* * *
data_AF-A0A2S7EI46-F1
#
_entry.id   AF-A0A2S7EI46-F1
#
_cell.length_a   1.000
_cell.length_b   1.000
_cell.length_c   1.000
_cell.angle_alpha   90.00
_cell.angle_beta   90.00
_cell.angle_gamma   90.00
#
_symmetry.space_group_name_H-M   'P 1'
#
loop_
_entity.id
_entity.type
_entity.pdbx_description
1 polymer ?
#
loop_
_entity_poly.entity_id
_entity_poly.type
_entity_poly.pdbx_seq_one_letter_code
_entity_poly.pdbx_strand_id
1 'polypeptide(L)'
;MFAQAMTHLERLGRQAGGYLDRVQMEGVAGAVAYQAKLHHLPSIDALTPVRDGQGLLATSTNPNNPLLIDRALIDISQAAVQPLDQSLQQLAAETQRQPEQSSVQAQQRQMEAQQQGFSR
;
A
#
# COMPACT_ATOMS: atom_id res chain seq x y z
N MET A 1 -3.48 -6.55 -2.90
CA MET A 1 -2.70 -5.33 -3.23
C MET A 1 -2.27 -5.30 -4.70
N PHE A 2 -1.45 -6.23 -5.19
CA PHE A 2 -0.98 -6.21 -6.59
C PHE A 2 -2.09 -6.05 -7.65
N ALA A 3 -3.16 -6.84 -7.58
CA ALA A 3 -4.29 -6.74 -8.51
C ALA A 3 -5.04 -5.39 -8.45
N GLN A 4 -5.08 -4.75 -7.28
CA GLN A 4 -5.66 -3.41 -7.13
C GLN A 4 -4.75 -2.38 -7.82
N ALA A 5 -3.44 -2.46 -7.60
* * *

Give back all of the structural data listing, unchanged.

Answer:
data_AF-A0A2S7EI46-F1
#
_entry.id   AF-A0A2S7EI46-F1
#
_cell.length_a   1.000
_cell.length_b   1.000
_cell.length_c   1.000
_cell.angle_alpha   90.00
_cell.angle_beta   90.00
_cell.angle_gamma   90.00
#
_symmetry.space_group_name_H-M   'P 1'
#
loop_
_entity.id
_entity.type
_entity.pdbx_description
1 polymer ?
#
loop_
_entity_poly.entity_id
_entity_poly.type
_entity_poly.pdbx_seq_one_letter_code
_entity_poly.pdbx_strand_id
1 'polypeptide(L)'
;MFAQAMTHLERLGRQAGGYLDRVQMEGVAGAVAYQAKLHHLPSIDALTPVRDGQGLLATSTNPNNPLLIDRALIDISQAAVQPLDQSLQQLAAETQRQPEQSSVQAQQRQMEAQQQGFSR
;
A
#
# COMPACT_ATOMS: atom_id res chain seq x y z
N MET A 1 -3.48 -6.55 -2.90
CA MET A 1 -2.70 -5.33 -3.23
C MET A 1 -2.27 -5.30 -4.70
N PHE A 2 -1.45 -6.23 -5.19
CA PHE A 2 -0.98 -6.21 -6.59
C PHE A 2 -2.09 -6.05 -7.65
N ALA A 3 -3.16 -6.84 -7.58
CA ALA A 3 -4.29 -6.74 -8.51
C ALA A 3 -5.04 -5.39 -8.45
N GLN A 4 -5.08 -4.75 -7.28
CA GLN A 4 -5.66 -3.41 -7.13
C GLN A 4 -4.75 -2.38 -7.82
N ALA A 5 -3.44 -2.46 -7.60